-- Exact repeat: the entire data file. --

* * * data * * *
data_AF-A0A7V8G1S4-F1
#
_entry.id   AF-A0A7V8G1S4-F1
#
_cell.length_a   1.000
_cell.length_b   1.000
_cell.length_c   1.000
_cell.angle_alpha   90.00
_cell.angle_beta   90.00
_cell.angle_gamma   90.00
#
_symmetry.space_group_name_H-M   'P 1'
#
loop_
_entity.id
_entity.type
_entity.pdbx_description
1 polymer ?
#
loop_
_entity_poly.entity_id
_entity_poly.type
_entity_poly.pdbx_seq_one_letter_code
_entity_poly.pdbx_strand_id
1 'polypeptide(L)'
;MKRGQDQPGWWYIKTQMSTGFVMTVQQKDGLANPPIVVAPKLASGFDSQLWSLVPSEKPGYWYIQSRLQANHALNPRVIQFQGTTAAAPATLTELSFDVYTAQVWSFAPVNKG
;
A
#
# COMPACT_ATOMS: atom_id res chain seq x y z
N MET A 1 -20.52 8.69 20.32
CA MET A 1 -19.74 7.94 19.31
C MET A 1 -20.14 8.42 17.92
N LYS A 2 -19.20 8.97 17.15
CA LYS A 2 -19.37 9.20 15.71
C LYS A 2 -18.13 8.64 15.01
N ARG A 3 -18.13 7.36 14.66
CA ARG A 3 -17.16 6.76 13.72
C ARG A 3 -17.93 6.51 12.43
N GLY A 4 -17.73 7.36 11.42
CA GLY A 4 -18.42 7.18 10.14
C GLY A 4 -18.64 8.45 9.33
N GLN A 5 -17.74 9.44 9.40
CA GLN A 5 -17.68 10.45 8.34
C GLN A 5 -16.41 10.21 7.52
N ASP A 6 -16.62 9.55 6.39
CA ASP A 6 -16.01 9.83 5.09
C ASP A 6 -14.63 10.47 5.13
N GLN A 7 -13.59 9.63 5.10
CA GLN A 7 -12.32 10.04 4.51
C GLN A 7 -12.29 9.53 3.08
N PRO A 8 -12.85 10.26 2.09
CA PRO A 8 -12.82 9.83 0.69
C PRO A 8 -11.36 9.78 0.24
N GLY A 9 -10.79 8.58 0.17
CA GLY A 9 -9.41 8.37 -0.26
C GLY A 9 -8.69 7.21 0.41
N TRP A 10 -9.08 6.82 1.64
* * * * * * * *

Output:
data_AF-A0A7V8G1S4-F1
#
_entry.id   AF-A0A7V8G1S4-F1
#
_cell.length_a   1.000
_cell.length_b   1.000
_cell.length_c   1.000
_cell.angle_alpha   90.00
_cell.angle_beta   90.00
_cell.angle_gamma   90.00
#
_symmetry.space_group_name_H-M   'P 1'
#
loop_
_entity.id
_entity.type
_entity.pdbx_description
1 polymer ?
#
loop_
_entity_poly.entity_id
_entity_poly.type
_entity_poly.pdbx_seq_one_letter_code
_entity_poly.pdbx_strand_id
1 'polypeptide(L)'
;MKRGQDQPGWWYIKTQMSTGFVMTVQQKDGLANPPIVVAPKLASGFDSQLWSLVPSEKPGYWYIQSRLQANHALNPRVIQFQGTTAAAPATLTELSFDVYTAQVWSFAPVNKG
;
A
#
# COMPACT_ATOMS: atom_id res chain seq x y z
N MET A 1 -20.52 8.69 20.32
CA MET A 1 -19.74 7.94 19.31
C MET A 1 -20.14 8.42 17.92
N LYS A 2 -19.20 8.97 17.15
CA LYS A 2 -19.37 9.20 15.71
C LYS A 2 -18.13 8.64 15.01
N ARG A 3 -18.13 7.36 14.66
CA ARG A 3 -17.16 6.76 13.72
C ARG A 3 -17.93 6.51 12.43
N GLY A 4 -17.73 7.36 11.42
CA GLY A 4 -18.42 7.18 10.14
C GLY A 4 -18.64 8.45 9.33
N GLN A 5 -17.74 9.44 9.40
CA GLN A 5 -17.68 10.45 8.34
C GLN A 5 -16.41 10.21 7.52
N ASP A 6 -16.62 9.55 6.39
CA ASP A 6 -16.01 9.83 5.09
C ASP A 6 -14.63 10.47 5.13
N GLN A 7 -13.59 9.63 5.10
CA GLN A 7 -12.32 10.04 4.51
C GLN A 7 -12.29 9.53 3.08
N PRO A 8 -12.85 10.26 2.09
CA PRO A 8 -12.82 9.83 0.69
C PRO A 8 -11.36 9.78 0.24
N GLY A 9 -10.79 8.58 0.17
CA GLY A 9 -9.41 8.37 -0.26
C GLY A 9 -8.69 7.21 0.41
N TRP A 10 -9.08 6.82 1.64